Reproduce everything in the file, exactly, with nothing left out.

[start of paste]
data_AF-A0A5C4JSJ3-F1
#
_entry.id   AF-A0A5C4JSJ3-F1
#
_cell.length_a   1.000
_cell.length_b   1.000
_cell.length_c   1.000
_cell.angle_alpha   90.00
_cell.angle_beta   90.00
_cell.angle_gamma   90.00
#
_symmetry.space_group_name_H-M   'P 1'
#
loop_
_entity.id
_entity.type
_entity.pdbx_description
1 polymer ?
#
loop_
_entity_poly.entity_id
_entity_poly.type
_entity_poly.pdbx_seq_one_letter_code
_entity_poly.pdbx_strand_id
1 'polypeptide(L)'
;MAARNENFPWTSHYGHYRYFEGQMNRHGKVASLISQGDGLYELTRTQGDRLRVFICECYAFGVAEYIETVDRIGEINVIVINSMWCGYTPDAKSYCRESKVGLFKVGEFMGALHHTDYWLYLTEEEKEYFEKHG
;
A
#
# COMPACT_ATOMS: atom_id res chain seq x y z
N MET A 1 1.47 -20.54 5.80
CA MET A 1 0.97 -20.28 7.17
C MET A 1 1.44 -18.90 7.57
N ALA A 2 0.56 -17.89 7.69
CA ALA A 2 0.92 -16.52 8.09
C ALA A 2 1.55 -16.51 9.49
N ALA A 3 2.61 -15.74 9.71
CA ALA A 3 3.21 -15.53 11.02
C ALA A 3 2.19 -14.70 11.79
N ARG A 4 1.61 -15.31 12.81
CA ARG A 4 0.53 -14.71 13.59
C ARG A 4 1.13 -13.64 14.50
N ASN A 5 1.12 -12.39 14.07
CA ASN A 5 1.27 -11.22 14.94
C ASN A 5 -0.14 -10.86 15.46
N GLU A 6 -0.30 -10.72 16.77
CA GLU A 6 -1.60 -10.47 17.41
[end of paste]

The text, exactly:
data_AF-A0A5C4JSJ3-F1
#
_entry.id   AF-A0A5C4JSJ3-F1
#
_cell.length_a   1.000
_cell.length_b   1.000
_cell.length_c   1.000
_cell.angle_alpha   90.00
_cell.angle_beta   90.00
_cell.angle_gamma   90.00
#
_symmetry.space_group_name_H-M   'P 1'
#
loop_
_entity.id
_entity.type
_entity.pdbx_description
1 polymer ?
#
loop_
_entity_poly.entity_id
_entity_poly.type
_entity_poly.pdbx_seq_one_letter_code
_entity_poly.pdbx_strand_id
1 'polypeptide(L)'
;MAARNENFPWTSHYGHYRYFEGQMNRHGKVASLISQGDGLYELTRTQGDRLRVFICECYAFGVAEYIETVDRIGEINVIVINSMWCGYTPDAKSYCRESKVGLFKVGEFMGALHHTDYWLYLTEEEKEYFEKHG
;
A
#
# COMPACT_ATOMS: atom_id res chain seq x y z
N MET A 1 1.47 -20.54 5.80
CA MET A 1 0.97 -20.28 7.17
C MET A 1 1.44 -18.90 7.57
N ALA A 2 0.56 -17.89 7.69
CA ALA A 2 0.92 -16.52 8.09
C ALA A 2 1.55 -16.51 9.49
N ALA A 3 2.61 -15.74 9.71
CA ALA A 3 3.21 -15.53 11.02
C ALA A 3 2.19 -14.70 11.79
N ARG A 4 1.61 -15.31 12.81
CA ARG A 4 0.53 -14.71 13.59
C ARG A 4 1.13 -13.64 14.50
N ASN A 5 1.12 -12.39 14.07
CA ASN A 5 1.27 -11.22 14.94
C ASN A 5 -0.14 -10.86 15.46
N GLU A 6 -0.30 -10.72 16.77
CA GLU A 6 -1.60 -10.47 17.41